Stepping out of the boat is not the scary part. It’s being in the water.
I said this, or something like it, earlier today over coffee. I was visiting with a new friend. A woman I met last week at a conference, whose story was similar to mine, and we decided to get together to share more. It was good.
Danielle is a Life Coach, with a blog called One Foot in the Water: Blogging to inspire fearless faith in the face of everyday life. And she told me over coffee, “My passion is to help people find the courage to step out of the boat.”
Without even thinking I said it. Stepping out of the boat takes less courage than staying in the water.
I was thinking, of course, about my own step out. My family’s step out. And we’ve made the comparison many times. Months ago we’d hear songs on the radio about water, and we’d claim them as our own.
Kari Jobe singing – Spirit lead me where my trust is without borders. Let me walk upon the waters wherever You would call me…
We sang along.
And yes – saying yes was scary. I’ve said it before. My insides shook for several days after we pushed “send.” And there were moments of real fear in the journey.
But being in the water has been the true test. It is here in the deep, no going back, where our courage has failed.
And suddenly the story makes sense. Peter was bold in the boat. Lord, if it’s you, tell me to come to you on the water (Matthew 14:28). I’m amazed at how I can relate. Yes! Jesus, if this is you, I’ll say yes. I’ll follow! And really, you hardly realize you’re stepping out at first, eyes fixed as they are on Jesus. All you see is Him.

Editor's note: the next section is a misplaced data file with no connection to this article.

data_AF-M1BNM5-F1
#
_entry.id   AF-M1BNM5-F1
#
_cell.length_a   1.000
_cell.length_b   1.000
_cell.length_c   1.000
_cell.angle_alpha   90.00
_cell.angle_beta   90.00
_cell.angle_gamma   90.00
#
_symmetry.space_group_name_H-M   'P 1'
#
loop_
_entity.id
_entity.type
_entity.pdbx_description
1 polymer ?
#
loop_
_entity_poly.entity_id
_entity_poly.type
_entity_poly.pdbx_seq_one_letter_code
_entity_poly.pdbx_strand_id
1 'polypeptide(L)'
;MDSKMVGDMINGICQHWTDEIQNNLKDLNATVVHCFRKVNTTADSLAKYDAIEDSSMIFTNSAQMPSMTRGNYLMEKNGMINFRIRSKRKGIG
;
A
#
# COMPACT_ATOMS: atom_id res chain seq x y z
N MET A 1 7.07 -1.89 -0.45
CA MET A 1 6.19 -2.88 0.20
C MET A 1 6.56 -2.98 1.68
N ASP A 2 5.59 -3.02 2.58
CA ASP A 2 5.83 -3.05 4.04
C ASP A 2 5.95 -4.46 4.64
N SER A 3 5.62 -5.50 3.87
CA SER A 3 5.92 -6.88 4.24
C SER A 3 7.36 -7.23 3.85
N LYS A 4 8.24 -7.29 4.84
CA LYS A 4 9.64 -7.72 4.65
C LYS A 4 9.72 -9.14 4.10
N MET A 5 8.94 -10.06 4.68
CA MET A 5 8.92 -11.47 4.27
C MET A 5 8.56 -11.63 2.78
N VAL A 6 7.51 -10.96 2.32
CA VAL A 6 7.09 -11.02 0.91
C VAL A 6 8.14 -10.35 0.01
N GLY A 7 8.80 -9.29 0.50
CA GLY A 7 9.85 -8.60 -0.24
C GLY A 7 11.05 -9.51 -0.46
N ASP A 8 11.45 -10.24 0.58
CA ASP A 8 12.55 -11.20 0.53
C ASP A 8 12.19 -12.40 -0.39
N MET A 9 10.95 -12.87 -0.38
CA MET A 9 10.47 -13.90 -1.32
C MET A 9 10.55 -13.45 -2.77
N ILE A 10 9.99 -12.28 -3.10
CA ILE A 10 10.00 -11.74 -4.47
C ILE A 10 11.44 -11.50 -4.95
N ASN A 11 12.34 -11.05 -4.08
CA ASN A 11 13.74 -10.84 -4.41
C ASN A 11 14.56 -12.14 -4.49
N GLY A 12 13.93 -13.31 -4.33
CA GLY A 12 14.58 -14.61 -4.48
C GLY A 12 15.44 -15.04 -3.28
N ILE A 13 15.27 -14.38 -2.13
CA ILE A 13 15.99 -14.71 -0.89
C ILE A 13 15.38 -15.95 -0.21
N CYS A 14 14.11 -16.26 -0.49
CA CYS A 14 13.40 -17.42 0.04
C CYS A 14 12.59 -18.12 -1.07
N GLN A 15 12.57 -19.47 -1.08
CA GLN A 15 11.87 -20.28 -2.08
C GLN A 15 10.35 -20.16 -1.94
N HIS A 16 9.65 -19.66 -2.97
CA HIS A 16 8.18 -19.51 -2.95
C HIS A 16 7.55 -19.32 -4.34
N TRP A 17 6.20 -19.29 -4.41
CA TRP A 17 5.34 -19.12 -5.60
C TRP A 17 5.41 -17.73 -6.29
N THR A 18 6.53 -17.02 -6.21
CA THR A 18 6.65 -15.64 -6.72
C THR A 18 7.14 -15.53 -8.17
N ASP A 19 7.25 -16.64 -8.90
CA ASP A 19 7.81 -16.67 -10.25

But then, too late, you realize, and you panic. It was when Peter saw the wind and the water, the terror struck and he began to sink. “Lord, save me!”
What have I done?
Here in the water the fear is so much stronger. Out of our control. It’s far more gut reaction than choice. We don’t mean to be afraid, but the panic is real. “Lord, save me!” And now I know what I didn’t before. In the water our only hope is to cling desperate to Jesus.
We were there last night. Kyle and I. Desperate, clinging, wet with the water of fear. Night is always worse, isn’t it? But last night’s fear turned out good. We clung to each other, and we cried out to Jesus, and he heard us. He reached out his hand in the dark, and he came to our rescue. He pulled us out.
A year or so ago I remember telling friends about how our yes to God felt less like a decision and more like a wild leap. And we hoped God was there to catch us.
Now we know. He’s there.